To evaluate the utilization of liver function tests in hospitalized patients.

  • Rehma Dar King Edward Medical University
  • Nida Iqbal Bhalli king edward medical university
  • Ayesha Ashfaq King Edward Medical University
Keywords: Clinical decisions, General Biochemistry, Hematology, LFTs, Laboratory Utilization


Laboratory testing plays an important part in Clinical decisions. 60-70% of the most clinical decisions are based on laboratory tests. The volume of laboratory tests has increased in last few years that results inappropriate utilization for routine tests. The elimination of unnecessary tests will help to utilize time and resources more effectively. Objectives: To study the utilization of Liver functions tests in hospitalized patients of Mayo Hospital in 10 days. Study Design: Observational Study. Setting: Central Diagnostic Laboratory, Mayo Hospital/ King Edward Medical University, Lahore. Period: 1st to 10 December, 2017. Materials and Methods: All the samples from indoor patients referred to laboratory for LFTs were included. The results and other relevant information were recorded on Performa. The collected data was analyzed by using Statistical package for social sciences (SPSS version 20). Results: Out of total 1800 samples referred for LFTs, 1500 (83.4%) were accepted and 300(16.6%) were rejected due to inappropriate sample (hemolysis, quantity not sufficient, empty vial, EDTA vial, labeling error). The results of LFTs of 59% samples were within reference range and 41% were out of range. 23.5% samples were repetitive and 8.6 % reports were not collected by the wards either the patient was discharged from the hospital or repetitive sampling. Conclusion: There is overutilization of Liver function tests. The repetitive ordering and inappropriate samples are main reason of waste in our study.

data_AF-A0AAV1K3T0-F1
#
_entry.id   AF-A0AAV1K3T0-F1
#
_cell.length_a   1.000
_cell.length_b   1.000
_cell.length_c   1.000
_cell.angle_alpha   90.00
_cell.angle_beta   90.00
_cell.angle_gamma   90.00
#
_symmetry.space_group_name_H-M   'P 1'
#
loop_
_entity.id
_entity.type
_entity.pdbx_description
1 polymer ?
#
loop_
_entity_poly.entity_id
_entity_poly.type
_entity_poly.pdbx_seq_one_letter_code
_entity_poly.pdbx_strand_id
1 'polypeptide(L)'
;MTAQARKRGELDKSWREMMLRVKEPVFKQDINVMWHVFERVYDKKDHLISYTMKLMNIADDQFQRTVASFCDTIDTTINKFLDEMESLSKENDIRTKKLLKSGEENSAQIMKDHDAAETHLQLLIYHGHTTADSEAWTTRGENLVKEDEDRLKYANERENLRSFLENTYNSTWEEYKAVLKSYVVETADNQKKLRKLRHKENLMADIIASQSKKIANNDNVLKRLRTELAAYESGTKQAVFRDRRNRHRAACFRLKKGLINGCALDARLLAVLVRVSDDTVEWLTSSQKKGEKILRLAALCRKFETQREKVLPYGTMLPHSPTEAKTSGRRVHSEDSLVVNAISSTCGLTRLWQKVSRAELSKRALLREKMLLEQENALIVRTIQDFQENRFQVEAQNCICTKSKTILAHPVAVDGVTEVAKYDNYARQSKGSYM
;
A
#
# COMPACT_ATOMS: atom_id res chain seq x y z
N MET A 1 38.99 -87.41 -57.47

Author Biographies

Rehma Dar, King Edward Medical University

M.Phil. Chemical Pathology

Assistant Professor

Department Pathology


Nida Iqbal Bhalli, king edward medical university



Department of Pathology


Ayesha Ashfaq, King Edward Medical University